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ADOPTION - Considerations - Best interests of child - Child's cultural heritage - Contest between relatives and strangers

Friday, September 15, 2017 @ 8:24 AM  

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Appeal by the child’s biological mother from an adoption order granted in the respondents’ favour. The child, a 10-year-old Aboriginal boy, was taken into care by the Ministry of Children and Family Development (Ministry) at birth, when cocaine was detected in his blood stream. He remained in the Ministry's care for five months until his maternal grandmother obtained legal custody and guardianship of him. When the child was 14 months old the grandmother left him in the care of the respondents for weekend respite care because she had health problems. She extended the arrangement to full-time care when the child was 20 months old. The child had lived with the respondents on a full-time basis ever since. The respondent mother was Aboriginal, but the respondent father was not. Both the child’s birth mother and maternal grandmother were members of the Splats'in Band, which was part of the Secwepemc Nation. Accordingly, the child was also a member of the Splats’in Band and Secwepemc Nation. The child had two siblings who were also adopted by the respondents. The siblings were both Aboriginal, but were not related to the child; each was born into a different band from that of the child’s. On appeal, the biological mother asserted that the trial judge erred in law by failing to correctly interpret and properly weigh s. 3(2) of the Adoption Act (Act), which stipulated the importance of preserving the child’s cultural identity in determining his best interests. She submitted that while the trial judge considered the child's Aboriginal heritage and the importance of preserving his cultural identity in general, she erred in failing to specifically consider the "ameliorative" purpose of s. 3(2), which required her to consider the culture of the Aboriginal community the child was born into and not simply the "institutional floor" of Aboriginal culture in general. The appellant asserted that the judge's observation that the respondent mother was Indigenous, and that the child could learn about First Nations through the respondents' weekly activities with the child and his siblings at a First Nations association in their community, amounted to insufficient consideration of the s. 3(2) factor, as the child would not learn about the Secwepemc culture.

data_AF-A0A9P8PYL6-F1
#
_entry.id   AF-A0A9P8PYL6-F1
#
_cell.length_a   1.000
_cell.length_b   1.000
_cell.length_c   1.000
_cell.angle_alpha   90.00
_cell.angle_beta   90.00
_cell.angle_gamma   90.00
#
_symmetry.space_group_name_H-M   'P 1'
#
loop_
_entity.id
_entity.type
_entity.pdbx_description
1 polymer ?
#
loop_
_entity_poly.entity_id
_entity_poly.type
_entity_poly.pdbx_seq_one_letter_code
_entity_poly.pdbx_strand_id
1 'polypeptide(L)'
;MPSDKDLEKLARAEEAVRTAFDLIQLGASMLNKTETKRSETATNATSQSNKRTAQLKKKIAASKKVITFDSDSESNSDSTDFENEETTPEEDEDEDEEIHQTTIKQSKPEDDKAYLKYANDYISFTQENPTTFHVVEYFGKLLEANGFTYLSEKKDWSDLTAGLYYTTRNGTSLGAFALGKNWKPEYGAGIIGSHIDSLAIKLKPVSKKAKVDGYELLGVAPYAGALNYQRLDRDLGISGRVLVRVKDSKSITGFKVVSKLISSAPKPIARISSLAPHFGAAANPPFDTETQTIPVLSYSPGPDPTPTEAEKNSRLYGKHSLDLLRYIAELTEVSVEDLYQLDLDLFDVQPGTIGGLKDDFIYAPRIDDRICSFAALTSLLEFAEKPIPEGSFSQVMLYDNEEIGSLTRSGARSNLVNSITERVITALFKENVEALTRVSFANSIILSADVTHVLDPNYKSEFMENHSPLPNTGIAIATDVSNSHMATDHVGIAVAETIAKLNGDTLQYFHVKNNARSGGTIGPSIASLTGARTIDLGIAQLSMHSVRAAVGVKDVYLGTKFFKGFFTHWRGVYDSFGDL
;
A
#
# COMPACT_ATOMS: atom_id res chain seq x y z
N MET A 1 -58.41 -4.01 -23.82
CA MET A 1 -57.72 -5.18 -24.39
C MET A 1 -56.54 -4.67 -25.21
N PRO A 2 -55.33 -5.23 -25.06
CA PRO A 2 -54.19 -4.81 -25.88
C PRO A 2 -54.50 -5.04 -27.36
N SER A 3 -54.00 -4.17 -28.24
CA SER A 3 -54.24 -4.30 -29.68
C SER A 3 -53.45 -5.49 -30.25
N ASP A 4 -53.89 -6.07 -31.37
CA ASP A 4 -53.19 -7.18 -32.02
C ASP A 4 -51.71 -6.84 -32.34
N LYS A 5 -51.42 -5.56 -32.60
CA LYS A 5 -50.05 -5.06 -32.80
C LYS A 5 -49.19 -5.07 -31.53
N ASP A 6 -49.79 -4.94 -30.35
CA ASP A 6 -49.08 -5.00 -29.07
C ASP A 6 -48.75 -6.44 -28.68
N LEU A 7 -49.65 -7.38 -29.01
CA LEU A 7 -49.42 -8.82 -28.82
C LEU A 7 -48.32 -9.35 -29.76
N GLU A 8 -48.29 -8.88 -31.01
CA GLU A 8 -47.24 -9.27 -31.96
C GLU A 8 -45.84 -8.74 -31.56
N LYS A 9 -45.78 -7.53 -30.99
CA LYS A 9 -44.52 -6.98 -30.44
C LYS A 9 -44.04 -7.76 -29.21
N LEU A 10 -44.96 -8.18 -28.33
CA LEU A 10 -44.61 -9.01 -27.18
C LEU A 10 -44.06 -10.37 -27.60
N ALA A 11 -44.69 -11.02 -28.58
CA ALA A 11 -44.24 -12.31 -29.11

HELD: Appeal dismissed. The trial judge properly weighed all of the relevant factors under s. 3(1) of the Act, as well as the additional s. 3(2) factor of the child's Aboriginal heritage and culture, before determining that the proposed adoption was in the best interests of the child. The birth mother did not challenge the judge's findings of fact that the child was emotionally bonded with, and identified with, the respondents as his mother and father, and his siblings as his brother and sister. Nor did she challenge the trial judge’s findings that the child wanted to remain with his adopted family and to remove him from his home would likely be traumatic to him in the short term and cause lasting emotional harm to him in the long-term. While counsel for the appellant maintained that she was not advocating that a "super-weight" be given to s. 3(2), her submission that the judge erred in law by giving insufficient weight to the child's "needs and interests as an Indigenous child, and specifically, as a Secwepemc person and citizen" seemed to suggest otherwise. A child's Aboriginal heritage and cultural identity did not attract a "super-weight" over the other factors. The weight the trial judge attached to preserving the child's Aboriginal heritage and culture, along with the relevant factors under s. 3(1), was an exercise of discretion based on the evidentiary record. The trial judge's decision was therefore entitled to significant deference absent a failure to consider a relevant factor, failure to give any weight or sufficient weight to a relevant factor, or where the decision was clearly wrong. There was no error in the manner in which the judge weighed the s. 3(2) factor. The evidence overwhelmingly supported her decision that making the adoption order was in the best interests of the child.

British Columbia Birth Registration No. XX-XX297 (Re), [2017] B.C.J. No. 1556, British Columbia Court of Appeal, D.M. Smith, E.A. Bennett, P.M. Willcock, J.E.D. Savage and G.J. Fitch JJ.A., August 8, 2017. Digest No. TLD-Sept112017009